We have a long way to go in UK society before society is comfortable with the reality that mental health illness is as much a disease as cancer or STDs. Mental Health disease needs to be brought out into the open so it can be freely discussed and properly understood. The sad reality is that in 2016 it remains less embarrassing to have an STD than a mental health illness.

My manic-depression has its roots in combat PTSD. I often think it would have been easier if I had an limb missing or some wound scar to show people but I do not, my scar is deep inside my brain, invisible. It can not be healed by surgery nor can I be given a prosthetic brain. Instead, every morning, I wake up with the destructive voice asking me just what is the point of going on. Some days it is an easy to ignore whisper, on others it sneakily sticks reminders into my consciousness of just what a failure I am at different points during the day - usually just when I am feeling good about myself and on the days when it gets out of its cage, it spends all day screaming at me 'you are a useless wee shite, do yourself in!'.

Every day since 1992, when I was on the point of 'doing myself in!' and got help, this has been my personal fight. Some days the 'fight' is easier than others but everyday is a fight not to give in, just as much as if I had a prosthetic limb or loss of function due to a wound.

The answer is out there, the active word is empathy - we sufferers need 'normal' people to understand what the severe end of mental health disease is like and not be either ignored or 'cheered up'; but simply listened to and unconditionally acknowledged for who we are. 

My wee dug is great at empathy, he gets up on my knee, licks my nose and lets me know I have value to him. Now, I am not suggesting this is what folk should do - getting on strangers laps and licking their noses (then again why not) - but I am asking you engage with suffers like myself with empathy.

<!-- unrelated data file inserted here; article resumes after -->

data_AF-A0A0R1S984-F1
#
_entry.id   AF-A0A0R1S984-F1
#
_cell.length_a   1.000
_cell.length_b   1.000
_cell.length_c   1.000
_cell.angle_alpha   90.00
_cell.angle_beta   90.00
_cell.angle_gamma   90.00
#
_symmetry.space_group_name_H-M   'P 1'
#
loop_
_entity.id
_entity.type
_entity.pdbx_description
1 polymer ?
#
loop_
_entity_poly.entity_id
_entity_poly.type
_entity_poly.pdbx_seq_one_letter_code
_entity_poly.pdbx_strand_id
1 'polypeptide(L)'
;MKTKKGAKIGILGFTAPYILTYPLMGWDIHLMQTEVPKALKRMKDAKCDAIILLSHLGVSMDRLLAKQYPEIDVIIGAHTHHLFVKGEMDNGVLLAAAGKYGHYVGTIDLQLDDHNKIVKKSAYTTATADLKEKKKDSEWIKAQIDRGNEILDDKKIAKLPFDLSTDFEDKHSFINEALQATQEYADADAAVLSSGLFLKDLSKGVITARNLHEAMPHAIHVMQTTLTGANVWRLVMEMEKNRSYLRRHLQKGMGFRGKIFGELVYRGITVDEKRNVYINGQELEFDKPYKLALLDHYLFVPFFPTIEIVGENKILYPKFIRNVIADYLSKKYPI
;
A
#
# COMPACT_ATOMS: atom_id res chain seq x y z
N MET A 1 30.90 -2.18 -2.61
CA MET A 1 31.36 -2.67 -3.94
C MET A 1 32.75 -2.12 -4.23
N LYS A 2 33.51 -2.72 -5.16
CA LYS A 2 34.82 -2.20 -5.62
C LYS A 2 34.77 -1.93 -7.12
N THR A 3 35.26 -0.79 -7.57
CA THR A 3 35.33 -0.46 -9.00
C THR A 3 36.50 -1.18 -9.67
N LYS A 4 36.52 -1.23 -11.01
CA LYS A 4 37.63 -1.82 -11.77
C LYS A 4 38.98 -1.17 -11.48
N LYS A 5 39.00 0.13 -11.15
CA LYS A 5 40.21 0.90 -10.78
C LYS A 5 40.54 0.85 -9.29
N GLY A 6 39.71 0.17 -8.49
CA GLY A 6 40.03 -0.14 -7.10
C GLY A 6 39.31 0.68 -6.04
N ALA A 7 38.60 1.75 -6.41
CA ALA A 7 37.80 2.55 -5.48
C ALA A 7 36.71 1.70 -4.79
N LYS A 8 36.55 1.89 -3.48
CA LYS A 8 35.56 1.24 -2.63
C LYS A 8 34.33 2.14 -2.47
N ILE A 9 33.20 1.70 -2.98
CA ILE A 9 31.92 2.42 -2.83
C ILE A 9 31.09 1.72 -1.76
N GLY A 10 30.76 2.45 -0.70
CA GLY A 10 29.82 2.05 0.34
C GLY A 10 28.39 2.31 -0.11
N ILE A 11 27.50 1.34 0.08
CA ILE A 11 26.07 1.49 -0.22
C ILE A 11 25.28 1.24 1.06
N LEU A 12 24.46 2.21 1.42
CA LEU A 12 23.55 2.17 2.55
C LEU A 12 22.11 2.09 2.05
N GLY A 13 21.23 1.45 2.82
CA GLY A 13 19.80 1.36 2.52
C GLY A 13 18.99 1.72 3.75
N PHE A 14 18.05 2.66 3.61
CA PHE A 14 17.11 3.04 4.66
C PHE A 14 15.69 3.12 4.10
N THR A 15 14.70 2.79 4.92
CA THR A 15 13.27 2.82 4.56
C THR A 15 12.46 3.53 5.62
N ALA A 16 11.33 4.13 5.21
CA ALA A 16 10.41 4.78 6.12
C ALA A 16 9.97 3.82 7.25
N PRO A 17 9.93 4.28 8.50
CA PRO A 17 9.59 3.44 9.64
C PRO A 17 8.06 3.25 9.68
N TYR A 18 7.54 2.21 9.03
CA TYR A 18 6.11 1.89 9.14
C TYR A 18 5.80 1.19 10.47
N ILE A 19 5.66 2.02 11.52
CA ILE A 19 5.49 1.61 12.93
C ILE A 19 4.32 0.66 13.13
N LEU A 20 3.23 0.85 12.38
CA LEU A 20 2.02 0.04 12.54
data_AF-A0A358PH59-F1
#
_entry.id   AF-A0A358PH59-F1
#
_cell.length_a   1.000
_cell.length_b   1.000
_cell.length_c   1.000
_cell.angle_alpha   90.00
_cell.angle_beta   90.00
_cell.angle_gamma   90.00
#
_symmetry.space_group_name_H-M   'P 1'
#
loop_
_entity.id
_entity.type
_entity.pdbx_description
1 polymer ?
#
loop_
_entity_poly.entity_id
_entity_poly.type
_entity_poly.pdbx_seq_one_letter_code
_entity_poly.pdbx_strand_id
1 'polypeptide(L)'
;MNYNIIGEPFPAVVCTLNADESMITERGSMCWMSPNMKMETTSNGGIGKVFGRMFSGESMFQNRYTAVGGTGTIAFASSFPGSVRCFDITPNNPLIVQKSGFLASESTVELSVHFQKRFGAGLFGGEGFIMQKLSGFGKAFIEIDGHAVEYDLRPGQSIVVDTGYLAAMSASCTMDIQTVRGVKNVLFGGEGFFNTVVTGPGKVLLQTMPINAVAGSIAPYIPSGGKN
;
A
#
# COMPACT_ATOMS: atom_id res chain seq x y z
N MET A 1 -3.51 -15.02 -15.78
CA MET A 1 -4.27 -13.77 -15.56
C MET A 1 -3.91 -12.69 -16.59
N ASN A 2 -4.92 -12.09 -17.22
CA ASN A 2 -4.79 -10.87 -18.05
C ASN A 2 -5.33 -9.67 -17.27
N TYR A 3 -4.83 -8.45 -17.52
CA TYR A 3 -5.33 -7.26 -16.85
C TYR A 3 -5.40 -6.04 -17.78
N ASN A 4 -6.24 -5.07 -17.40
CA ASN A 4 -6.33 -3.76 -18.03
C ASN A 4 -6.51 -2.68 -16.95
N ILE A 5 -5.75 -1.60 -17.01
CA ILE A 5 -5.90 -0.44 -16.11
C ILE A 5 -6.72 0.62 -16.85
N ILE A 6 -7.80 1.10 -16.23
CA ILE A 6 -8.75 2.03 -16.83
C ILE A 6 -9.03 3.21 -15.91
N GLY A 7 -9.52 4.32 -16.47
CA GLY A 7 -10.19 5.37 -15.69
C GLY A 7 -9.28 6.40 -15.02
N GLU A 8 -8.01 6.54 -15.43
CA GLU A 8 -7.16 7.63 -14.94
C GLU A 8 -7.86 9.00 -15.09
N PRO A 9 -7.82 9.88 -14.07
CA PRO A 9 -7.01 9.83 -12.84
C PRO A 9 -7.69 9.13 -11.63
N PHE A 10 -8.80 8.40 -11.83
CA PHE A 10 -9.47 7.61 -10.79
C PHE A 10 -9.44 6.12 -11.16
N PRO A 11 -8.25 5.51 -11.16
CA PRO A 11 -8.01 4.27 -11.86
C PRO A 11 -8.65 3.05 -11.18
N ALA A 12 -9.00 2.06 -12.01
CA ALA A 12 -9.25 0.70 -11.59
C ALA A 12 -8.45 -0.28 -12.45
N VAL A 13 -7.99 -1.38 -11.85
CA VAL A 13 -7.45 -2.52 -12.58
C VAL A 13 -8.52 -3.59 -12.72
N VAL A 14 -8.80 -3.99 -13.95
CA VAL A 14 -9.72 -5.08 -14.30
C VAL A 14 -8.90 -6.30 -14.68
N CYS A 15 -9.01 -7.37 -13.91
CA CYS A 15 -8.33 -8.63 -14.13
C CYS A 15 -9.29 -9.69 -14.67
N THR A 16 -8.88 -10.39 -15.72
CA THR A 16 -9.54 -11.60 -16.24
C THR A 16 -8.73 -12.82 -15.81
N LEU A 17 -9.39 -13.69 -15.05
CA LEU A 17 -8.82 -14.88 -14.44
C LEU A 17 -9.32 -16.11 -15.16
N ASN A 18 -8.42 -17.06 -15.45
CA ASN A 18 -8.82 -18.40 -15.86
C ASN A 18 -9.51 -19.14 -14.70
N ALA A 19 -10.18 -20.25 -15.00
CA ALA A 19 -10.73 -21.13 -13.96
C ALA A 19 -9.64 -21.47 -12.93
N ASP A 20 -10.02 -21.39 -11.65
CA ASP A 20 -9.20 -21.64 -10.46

1. I've read your blog for some time now with enjoyment and interest and I'm particularly bad at expressing anything feeling/empathy related in speech or word, so I'll just give a +1 (Google+ style) of acknowledgement and support.

    Please take it in the positive sense it's meant.

    Best wishes.

  2. As a 'high functioning' doctor, who has suffered at times from severe depression, I have some empathy with you.
    You're a good writer, and I suspect have lots to contribute to the realistic goal of an independent Scotland.
    Good luck

  3. I hope that the good days outweigh the bad, but yes, it's amazing how the gremlins can sneak in, while we are unawares. Your dog, like all pets, sounds fabulous. Dogs are so intelligent, as are cats, of course. My chubby, but gorgeous cat is a joy. I think anything, or anyone that gives us even the smallest amount of joy, is to be cherished.

    Today I weeded my allotment, I couldn't cope without gardening and growing veg now, we each have our ways of managing, easier for some than others I know.

    Keep up the blog, always good to read about your thoughts and experiences. All the best, and thanks.

  4. I hope you continue to ignore the "whispers", and keep yourself and the dog; safe and well.

    Have you tried contacting Mark Frankland, at First Base in Dumfries; he has some experience with ex-military people and the problems they have, with PTSD and adjusting to civilian life.